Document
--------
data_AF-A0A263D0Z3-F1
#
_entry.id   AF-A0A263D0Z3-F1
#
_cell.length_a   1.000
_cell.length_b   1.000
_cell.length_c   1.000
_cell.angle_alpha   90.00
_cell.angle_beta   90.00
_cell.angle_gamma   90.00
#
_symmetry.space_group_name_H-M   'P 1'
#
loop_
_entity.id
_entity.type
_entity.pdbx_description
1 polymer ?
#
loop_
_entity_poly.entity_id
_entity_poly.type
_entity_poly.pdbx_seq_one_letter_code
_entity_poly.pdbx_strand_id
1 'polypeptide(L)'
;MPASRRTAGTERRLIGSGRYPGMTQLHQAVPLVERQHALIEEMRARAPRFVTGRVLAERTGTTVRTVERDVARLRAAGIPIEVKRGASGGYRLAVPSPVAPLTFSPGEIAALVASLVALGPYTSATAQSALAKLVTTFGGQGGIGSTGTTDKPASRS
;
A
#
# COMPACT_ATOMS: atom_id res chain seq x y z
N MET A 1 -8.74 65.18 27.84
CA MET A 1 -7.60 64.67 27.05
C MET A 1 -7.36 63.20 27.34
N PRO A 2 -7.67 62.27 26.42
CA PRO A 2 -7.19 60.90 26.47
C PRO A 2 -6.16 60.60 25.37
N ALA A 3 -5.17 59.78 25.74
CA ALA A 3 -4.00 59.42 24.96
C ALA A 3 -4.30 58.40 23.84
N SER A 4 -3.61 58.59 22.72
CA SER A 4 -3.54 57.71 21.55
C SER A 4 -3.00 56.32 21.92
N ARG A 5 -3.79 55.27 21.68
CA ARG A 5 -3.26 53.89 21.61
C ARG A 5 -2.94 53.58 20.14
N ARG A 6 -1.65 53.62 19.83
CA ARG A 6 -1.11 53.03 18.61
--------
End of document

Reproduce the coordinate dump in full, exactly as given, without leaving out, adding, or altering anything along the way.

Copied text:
data_AF-A0A263D0Z3-F1
#
_entry.id   AF-A0A263D0Z3-F1
#
_cell.length_a   1.000
_cell.length_b   1.000
_cell.length_c   1.000
_cell.angle_alpha   90.00
_cell.angle_beta   90.00
_cell.angle_gamma   90.00
#
_symmetry.space_group_name_H-M   'P 1'
#
loop_
_entity.id
_entity.type
_entity.pdbx_description
1 polymer ?
#
loop_
_entity_poly.entity_id
_entity_poly.type
_entity_poly.pdbx_seq_one_letter_code
_entity_poly.pdbx_strand_id
1 'polypeptide(L)'
;MPASRRTAGTERRLIGSGRYPGMTQLHQAVPLVERQHALIEEMRARAPRFVTGRVLAERTGTTVRTVERDVARLRAAGIPIEVKRGASGGYRLAVPSPVAPLTFSPGEIAALVASLVALGPYTSATAQSALAKLVTTFGGQGGIGSTGTTDKPASRS
;
A
#
# COMPACT_ATOMS: atom_id res chain seq x y z
N MET A 1 -8.74 65.18 27.84
CA MET A 1 -7.60 64.67 27.05
C MET A 1 -7.36 63.20 27.34
N PRO A 2 -7.67 62.27 26.42
CA PRO A 2 -7.19 60.90 26.47
C PRO A 2 -6.16 60.60 25.37
N ALA A 3 -5.17 59.78 25.74
CA ALA A 3 -4.00 59.42 24.96
C ALA A 3 -4.30 58.40 23.84
N SER A 4 -3.61 58.59 22.72
CA SER A 4 -3.54 57.71 21.55
C SER A 4 -3.00 56.32 21.92
N ARG A 5 -3.79 55.27 21.68
CA ARG A 5 -3.26 53.89 21.61
C ARG A 5 -2.94 53.58 20.14
N ARG A 6 -1.65 53.62 19.83
CA ARG A 6 -1.11 53.03 18.61